IMDB.com currently has the film at 5.4 which does not do justice some to good findings and great scenes, but overall I must say that once again this Netflix film is alright, but not really good.

Buster’s Mal Heart – Sarah Adina Smith (2016)

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Buster (Rami Malek) works night shifts at a hotel to provide for his wife and daughter. He does not plan on doing that for the rest of his life, so they live as cheaply as possible to save money to finally be free.

One night Buster meets a drifter with wild conspiracy theories and he starts to believe in them. This and his lack of sleep starts to cause a growing paranoia.

We see Buster in two phases of his life, as the trying-to-do-good father and as a derailed drifter. The film slowly explains how that came about.

An alright film.

Once Upon A Time… In Hollywood – Quentin Tarantino (2019)

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Hollywood 1969, a year of heights and lows. Tarantino shows how he would have preferred this year to go.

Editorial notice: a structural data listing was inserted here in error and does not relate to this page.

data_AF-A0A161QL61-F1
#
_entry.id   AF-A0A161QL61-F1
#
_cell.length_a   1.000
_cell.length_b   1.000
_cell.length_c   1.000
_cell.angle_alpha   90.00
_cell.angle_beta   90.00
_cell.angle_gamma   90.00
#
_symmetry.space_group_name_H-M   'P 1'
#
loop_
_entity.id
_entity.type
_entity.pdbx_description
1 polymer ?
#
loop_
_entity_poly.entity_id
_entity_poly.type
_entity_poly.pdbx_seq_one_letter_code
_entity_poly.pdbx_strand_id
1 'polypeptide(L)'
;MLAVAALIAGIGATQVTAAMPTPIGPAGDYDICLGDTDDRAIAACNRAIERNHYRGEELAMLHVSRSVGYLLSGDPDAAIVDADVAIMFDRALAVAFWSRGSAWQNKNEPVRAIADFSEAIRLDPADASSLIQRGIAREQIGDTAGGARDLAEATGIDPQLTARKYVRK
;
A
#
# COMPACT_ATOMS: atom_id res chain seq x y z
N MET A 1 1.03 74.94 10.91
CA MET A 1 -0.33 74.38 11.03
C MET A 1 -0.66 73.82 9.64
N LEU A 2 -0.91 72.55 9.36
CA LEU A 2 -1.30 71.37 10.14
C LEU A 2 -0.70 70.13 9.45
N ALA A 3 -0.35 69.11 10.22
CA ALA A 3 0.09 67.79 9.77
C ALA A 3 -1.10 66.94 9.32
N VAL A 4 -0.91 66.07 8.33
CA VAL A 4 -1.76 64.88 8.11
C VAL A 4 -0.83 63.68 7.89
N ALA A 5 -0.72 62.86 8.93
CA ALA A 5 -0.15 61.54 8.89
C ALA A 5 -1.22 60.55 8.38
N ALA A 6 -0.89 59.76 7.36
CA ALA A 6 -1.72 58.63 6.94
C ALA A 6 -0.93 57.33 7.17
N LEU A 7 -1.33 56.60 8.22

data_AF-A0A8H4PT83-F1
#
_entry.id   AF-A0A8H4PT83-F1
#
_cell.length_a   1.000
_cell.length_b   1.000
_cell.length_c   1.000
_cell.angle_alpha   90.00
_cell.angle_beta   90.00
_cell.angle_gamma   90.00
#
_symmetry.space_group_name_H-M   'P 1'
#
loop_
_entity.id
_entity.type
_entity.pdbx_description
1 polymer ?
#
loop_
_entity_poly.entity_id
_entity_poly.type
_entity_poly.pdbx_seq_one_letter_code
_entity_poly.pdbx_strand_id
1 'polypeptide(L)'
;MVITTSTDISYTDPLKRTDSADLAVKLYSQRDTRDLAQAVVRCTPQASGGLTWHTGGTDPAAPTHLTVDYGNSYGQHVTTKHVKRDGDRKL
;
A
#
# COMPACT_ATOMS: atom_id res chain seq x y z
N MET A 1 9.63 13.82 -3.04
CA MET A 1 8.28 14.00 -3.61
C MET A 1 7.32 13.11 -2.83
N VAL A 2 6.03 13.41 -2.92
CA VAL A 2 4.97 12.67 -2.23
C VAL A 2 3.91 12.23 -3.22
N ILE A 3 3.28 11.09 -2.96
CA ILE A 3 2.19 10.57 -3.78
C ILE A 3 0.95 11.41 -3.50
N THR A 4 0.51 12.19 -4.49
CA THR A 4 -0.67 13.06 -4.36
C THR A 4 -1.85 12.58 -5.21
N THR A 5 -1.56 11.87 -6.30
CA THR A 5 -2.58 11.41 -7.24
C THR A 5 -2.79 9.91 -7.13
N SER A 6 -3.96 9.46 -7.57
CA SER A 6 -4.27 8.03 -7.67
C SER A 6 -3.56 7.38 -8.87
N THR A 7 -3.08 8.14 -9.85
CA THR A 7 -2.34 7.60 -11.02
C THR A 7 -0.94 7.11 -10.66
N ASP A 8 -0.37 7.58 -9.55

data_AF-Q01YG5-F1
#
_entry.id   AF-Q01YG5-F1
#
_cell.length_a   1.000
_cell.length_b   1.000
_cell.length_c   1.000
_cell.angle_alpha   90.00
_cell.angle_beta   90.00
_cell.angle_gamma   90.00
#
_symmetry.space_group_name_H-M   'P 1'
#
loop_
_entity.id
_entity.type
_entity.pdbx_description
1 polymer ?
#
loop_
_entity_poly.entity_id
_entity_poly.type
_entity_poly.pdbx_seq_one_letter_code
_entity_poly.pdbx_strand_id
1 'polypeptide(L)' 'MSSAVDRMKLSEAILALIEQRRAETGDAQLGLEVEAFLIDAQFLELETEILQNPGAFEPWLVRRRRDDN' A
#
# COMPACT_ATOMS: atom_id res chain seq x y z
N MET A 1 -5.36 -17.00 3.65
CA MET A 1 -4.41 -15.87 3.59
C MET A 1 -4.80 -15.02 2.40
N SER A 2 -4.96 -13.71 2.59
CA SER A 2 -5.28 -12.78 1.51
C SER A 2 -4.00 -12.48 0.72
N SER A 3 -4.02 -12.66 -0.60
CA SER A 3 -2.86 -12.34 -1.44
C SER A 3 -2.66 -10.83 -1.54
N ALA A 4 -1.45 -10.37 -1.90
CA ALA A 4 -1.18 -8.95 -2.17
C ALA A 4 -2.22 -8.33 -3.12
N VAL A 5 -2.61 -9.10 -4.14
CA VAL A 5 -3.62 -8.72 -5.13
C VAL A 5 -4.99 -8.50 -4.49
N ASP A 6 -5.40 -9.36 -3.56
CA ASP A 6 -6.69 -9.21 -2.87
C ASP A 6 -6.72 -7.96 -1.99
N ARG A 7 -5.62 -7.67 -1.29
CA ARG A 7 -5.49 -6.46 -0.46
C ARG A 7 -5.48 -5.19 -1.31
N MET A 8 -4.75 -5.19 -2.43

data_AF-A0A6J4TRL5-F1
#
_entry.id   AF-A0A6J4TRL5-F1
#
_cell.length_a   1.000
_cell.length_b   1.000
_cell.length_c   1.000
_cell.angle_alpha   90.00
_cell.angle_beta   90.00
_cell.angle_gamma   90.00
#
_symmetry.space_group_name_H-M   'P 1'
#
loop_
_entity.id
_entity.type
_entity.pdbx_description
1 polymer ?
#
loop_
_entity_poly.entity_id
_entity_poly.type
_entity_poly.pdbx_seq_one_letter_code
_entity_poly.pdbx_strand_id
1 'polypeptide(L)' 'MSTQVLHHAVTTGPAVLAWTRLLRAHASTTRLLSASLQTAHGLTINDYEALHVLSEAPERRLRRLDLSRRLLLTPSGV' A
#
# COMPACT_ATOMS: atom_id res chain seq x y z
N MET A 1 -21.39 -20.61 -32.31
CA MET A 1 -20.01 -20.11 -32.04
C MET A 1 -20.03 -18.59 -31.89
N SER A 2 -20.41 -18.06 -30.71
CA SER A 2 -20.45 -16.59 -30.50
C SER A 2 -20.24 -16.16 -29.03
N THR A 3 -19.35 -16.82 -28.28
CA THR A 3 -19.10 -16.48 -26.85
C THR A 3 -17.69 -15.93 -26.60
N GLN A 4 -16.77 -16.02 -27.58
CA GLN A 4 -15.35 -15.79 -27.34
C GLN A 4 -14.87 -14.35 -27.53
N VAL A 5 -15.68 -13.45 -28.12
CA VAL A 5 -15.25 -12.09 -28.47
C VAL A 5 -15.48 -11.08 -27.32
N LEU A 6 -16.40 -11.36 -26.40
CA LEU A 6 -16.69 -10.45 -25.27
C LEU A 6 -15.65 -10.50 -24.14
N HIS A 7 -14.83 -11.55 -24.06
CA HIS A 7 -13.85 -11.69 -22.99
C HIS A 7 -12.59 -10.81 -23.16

The main character is Rick Dalton, played by Leonardo DiCaprio. Dalton is a Western actor who has just past the top of his career. The actual hero of the film is Dalton’s stunt double, Cliff Booth, a part in which Brad Pitt gets to be the cool guy.

Dalton recently got new neighbours, the young and upcoming director Roman Polanski and his beautiful wife Sharon Tate. Tate also gets quite a bit of the story.

Then there is this group of hippies who live in a commune a bit outside Hollywood.

We mostly follow Dalton’s career, his films and his uncertainties. This gave Tarantino the opportunity to film Western and war movies to mix in the film. This is usually in the over-the-top Tarantino style and very amusing.

The story contains quite some drama, but also Tarantino-style dialogues and of course humour and violence. There is a range of famous actors in smaller parts too, Al Pacino, Kurt Russell, Mike Madson, just to name a few. He also again takes 160 minutes to tell his story.